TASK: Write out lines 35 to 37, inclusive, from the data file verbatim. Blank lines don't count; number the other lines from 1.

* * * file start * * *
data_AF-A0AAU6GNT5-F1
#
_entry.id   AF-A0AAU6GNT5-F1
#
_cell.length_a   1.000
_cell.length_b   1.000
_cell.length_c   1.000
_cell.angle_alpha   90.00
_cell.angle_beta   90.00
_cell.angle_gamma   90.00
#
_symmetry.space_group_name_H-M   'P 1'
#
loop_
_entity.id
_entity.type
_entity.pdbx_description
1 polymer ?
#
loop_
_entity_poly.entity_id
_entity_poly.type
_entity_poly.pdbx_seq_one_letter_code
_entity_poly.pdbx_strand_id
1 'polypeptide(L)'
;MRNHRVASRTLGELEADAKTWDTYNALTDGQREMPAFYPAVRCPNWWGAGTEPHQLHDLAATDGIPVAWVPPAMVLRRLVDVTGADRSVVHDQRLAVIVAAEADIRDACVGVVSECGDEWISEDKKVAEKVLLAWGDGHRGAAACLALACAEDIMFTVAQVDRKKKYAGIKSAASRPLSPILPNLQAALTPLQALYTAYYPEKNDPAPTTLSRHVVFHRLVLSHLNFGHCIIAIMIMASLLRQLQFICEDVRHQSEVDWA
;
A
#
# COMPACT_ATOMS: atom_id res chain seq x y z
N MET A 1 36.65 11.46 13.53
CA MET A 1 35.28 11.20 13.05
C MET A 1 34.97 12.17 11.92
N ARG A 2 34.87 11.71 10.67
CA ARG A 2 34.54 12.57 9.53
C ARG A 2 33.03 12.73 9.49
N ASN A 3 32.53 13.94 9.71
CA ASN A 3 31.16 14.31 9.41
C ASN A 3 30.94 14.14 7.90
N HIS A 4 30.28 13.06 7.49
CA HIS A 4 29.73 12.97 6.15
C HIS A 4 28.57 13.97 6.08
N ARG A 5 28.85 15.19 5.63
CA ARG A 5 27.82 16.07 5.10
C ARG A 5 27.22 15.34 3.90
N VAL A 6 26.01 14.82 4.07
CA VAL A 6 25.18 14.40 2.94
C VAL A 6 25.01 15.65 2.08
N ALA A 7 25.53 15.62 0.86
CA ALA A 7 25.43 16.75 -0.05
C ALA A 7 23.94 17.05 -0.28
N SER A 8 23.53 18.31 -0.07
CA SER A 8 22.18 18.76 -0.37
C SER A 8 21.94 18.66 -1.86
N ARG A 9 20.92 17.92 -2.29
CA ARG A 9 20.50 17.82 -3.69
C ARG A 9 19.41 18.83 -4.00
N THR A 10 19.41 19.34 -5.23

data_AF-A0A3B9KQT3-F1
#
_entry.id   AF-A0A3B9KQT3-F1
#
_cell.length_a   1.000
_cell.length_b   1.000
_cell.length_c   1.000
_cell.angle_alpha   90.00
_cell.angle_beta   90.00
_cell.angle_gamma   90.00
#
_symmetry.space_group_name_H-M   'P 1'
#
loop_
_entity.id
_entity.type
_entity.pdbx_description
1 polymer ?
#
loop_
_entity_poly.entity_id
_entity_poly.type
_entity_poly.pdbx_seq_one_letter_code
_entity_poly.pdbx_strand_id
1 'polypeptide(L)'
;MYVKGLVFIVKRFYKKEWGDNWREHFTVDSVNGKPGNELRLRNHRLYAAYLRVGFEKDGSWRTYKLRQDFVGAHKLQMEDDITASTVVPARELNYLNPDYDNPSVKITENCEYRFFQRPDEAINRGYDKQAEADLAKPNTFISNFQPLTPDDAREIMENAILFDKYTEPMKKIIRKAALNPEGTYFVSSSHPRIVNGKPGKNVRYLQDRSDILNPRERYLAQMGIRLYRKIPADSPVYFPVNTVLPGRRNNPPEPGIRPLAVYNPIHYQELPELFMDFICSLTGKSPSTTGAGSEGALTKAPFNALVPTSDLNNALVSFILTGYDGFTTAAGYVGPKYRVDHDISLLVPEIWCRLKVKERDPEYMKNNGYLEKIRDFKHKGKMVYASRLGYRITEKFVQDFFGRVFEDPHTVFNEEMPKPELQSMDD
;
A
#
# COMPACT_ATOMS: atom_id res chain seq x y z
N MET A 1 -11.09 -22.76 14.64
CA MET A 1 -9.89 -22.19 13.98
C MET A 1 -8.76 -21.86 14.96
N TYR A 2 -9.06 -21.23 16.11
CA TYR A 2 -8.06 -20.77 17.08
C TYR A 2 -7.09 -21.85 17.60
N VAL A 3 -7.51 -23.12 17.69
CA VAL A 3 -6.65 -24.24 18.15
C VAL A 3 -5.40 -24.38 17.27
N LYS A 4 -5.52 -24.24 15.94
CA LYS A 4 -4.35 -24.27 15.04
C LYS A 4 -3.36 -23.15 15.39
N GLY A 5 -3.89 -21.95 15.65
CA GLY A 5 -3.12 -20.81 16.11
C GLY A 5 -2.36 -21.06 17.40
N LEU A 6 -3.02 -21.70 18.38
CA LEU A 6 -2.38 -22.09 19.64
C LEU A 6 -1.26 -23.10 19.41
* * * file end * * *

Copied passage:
CA ARG A 2 34.54 12.57 9.53
C ARG A 2 33.03 12.73 9.49
N ASN A 3 32.53 13.94 9.71